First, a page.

When Archduke Franz Ferdinand was assassinated, June 28, 1914, igniting the powder-keg Europe had become, my grandparents were small children.
When the Japanese bombed Pearl Harbor, December 7, 1941, my parents were children, and had not been within a thousand miles of each other.
When President John F. Kennedy was assassinated, November 22, 1963, I was barely over seventeen months old, and completely unaware that anything had happened.
When Gus Grissom, Ed White, and Roger Chaffee died in the Apollo 1 Fire, January 27, 1967, I was not yet five years old, and like the Kennedy Assassination, I didn't find out about it until years later.
When Dr. Martin Luther King, Jr. was assassinated, April 4, 1968, I had not even heard of him, and like most people in white suburbia, had little understanding of the significance at the time.
I know exactly where I was, when the Challenger exploded, January 28, 1986, the result of an entirely preventable mishap. I was at work, on a four-and-a-half-month tour of duty as a Maintenance Worker, with the Los Angeles Unified School District. I was sitting on the ground, outside a toolshed that was crammed with broken chairs, broken tricycles, and so forth, at a child-care center (the one at Locke High School, as I recall), bolting new seats onto chairs. My partner for the day (Maurice Metcalf, as I recall) returned from a coffee run (it was break-time, but I felt little need for a break) with the news. At first, I thought it was some sort of cruel joke. Then I turned on my car radio. Then I felt the need for a break. Followed by the need to bury myself in my work.
I also know exactly where I was when I first got word of the World Trade Center Atrocities (which I refuse to euphemize or trivialize by reducing them to three digits and punctuation) began, September 11, 2001. I was at work, in the very same building in which I type this, when a colleague announced what had happened. (While I distinctly recall first hearing of the atrocities at work, well after 8:00 AM Pacific Time, history tells us that I was actually almost certainly barely out of bed [or more likely, still in bed] when the first aircraft struck the World Trade Center, and probably not even out the door when the fourth aircraft crashed in rural Pennsylvania.) Just as I refused to trivialize the events of that day, likewise, I refused to give in to sensationalism and watch any of the live television coverage. Photographs and written descriptions were quite enough. More on the World Trade Center Atrocities momentarily.
I also know exactly where I was when the Columbia broke up over the American Southwest, February 1, 2003, again from an entirely preventable mishap. It was a Saturday, and I was just getting off the freeway on my way to an organ lesson in Long Beach, when I heard, on my car radio, that the Columbia had been lost with all hands. I canceled my lesson on arrival - I owed my teacher a formal cancellation - and went home.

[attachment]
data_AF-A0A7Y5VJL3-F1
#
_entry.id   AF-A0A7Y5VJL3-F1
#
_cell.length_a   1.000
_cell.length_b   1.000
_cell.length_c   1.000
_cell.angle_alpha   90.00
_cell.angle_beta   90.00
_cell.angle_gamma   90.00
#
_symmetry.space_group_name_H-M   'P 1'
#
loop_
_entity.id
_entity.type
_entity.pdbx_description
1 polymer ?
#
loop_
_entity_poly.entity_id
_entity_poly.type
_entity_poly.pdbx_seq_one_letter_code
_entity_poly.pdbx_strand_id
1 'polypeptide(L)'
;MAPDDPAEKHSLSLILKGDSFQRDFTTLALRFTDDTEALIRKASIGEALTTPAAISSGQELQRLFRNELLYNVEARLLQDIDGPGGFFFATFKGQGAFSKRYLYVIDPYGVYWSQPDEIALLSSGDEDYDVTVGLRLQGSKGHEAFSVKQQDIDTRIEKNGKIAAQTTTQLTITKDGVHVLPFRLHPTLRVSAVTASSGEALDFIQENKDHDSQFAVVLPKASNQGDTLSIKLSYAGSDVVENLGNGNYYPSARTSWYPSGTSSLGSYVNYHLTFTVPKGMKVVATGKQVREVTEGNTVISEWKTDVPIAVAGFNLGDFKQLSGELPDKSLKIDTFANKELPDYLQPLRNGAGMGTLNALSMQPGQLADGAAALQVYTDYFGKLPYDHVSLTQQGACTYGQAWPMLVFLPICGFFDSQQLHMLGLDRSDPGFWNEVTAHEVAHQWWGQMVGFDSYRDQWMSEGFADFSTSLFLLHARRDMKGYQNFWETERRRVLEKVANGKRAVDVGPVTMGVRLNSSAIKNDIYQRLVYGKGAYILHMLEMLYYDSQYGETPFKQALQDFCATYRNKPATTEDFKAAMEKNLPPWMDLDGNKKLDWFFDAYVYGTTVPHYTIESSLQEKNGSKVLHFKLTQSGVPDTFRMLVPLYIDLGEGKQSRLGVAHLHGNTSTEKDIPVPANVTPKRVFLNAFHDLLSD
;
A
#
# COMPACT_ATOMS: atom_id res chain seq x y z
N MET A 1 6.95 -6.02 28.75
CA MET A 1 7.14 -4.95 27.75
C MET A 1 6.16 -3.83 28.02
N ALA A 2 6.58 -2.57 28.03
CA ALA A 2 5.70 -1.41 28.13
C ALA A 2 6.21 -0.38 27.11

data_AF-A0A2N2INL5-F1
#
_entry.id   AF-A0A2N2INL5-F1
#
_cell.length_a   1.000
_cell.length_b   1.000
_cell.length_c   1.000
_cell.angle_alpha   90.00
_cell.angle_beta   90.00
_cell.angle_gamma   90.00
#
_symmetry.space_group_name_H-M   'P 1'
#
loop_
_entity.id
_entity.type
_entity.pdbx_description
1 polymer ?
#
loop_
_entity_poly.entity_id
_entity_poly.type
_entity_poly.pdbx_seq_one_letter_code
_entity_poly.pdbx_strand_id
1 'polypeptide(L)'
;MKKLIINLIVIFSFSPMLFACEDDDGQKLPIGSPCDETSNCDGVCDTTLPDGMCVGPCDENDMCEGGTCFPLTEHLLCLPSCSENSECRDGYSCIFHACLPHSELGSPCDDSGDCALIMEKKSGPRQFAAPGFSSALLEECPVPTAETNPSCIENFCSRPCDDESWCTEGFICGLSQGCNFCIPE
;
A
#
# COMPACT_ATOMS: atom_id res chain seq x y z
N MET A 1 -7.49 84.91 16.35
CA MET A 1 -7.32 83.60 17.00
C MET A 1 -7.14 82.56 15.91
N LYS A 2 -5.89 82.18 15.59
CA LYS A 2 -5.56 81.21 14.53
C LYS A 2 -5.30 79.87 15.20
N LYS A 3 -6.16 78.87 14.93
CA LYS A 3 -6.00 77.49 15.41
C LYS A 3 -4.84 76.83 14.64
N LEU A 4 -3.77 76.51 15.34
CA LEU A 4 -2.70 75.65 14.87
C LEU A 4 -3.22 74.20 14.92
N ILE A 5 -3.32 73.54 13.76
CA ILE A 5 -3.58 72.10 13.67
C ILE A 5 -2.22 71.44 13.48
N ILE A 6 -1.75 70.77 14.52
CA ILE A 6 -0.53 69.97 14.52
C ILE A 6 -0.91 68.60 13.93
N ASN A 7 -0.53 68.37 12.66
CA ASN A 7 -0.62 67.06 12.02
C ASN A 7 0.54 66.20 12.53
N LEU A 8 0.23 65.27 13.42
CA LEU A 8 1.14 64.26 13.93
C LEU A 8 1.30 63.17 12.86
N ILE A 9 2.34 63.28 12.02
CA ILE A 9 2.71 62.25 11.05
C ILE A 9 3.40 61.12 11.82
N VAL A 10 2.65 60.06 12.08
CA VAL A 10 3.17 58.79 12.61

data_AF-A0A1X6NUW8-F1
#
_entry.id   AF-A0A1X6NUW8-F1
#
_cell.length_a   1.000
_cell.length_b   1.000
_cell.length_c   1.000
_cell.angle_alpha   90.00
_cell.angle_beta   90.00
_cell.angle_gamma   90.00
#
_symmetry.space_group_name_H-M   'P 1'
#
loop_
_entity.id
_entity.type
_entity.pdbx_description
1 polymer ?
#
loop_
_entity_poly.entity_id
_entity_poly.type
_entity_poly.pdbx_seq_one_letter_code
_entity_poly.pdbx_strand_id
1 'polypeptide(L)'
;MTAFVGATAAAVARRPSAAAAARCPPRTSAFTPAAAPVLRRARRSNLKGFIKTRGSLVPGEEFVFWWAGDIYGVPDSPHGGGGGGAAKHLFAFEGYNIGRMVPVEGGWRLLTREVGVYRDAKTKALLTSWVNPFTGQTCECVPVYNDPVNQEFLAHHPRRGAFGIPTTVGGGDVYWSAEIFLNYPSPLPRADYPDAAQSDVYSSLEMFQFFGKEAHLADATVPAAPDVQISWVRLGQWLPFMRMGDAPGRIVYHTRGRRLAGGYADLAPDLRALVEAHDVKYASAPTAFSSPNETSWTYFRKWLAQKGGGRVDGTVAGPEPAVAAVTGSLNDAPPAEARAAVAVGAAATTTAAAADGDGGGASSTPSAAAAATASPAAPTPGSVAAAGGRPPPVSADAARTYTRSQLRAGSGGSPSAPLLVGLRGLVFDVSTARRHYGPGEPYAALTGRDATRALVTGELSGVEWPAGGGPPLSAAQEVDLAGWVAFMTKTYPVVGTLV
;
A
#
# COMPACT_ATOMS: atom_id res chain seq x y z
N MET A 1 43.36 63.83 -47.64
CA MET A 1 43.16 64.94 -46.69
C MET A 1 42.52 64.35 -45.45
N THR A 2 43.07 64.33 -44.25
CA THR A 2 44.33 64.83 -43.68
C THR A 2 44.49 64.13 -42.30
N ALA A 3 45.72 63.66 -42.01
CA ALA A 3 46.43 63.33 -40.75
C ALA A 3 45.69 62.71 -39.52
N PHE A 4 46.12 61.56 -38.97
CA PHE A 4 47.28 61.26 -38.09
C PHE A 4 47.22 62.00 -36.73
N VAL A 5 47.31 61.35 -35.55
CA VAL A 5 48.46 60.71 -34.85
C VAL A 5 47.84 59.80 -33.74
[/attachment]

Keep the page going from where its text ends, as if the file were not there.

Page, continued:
I was already flying the U.S. flag, half-staff, 24 hours a day, seven days a week, when the Columbia broke up. First, for a full year of mourning for the World Trade Center Atrocities, and then in mourning for the lives lost over President George W. Bush's decision to invade Iraq. I resolved to continue flying that flag half-staff, 24/7, for at least another full year, by which time it was too tattered and faded to continue display.
Like the Apollo 1, Challenger, and Columbia disasters, the World Trade Center Atrocities were preventable. While it is understandable that no sane American would have anticipated a terrorist suicide squad hijacking an airliner for the express purpose of turning it into a giant "baka bomb" - after all, previous hijackings had been about either hostages, or transportation to a forbidden destination, or both - there were still things that could have been done. President Clinton had left clear warnings about the dangers of Al-Qaeda; President Bush ignored them. There had been talk of a Department of Homeland Security at least as early as the Clinton Administration, but Congressional Republicans had shot the idea down. For years, airlines, more concerned with profit than with passenger safety, had refused to voluntarily fit their aircraft with armored cockpit doors, and had successfully lobbied against legislation to require them. Passenger screening at America's airports had become nothing more than empty "security theatre," contracted out to the lowest bidder, or as Shakespeare would say, "a tale, told by an idiot, full of sound and fury, signifying nothing."
But perhaps most damningly: our flight schools failed to notice something as inherently suspicious as a group of people seeking to learn how to fly large, multi-engine aircraft, without any apparent interest in learning how to land them safely.
I know where I was when Everything Changed. On at least three occasions, including the biggest, most horrific such occasion of my lifetime.
Where were you when Everything Changed?
Back Home James H. H. Lampert Copyright © James H. H. Lampert, 2011. All Rights Reserved Worldwide. Revised Monday, November 16, 2015.
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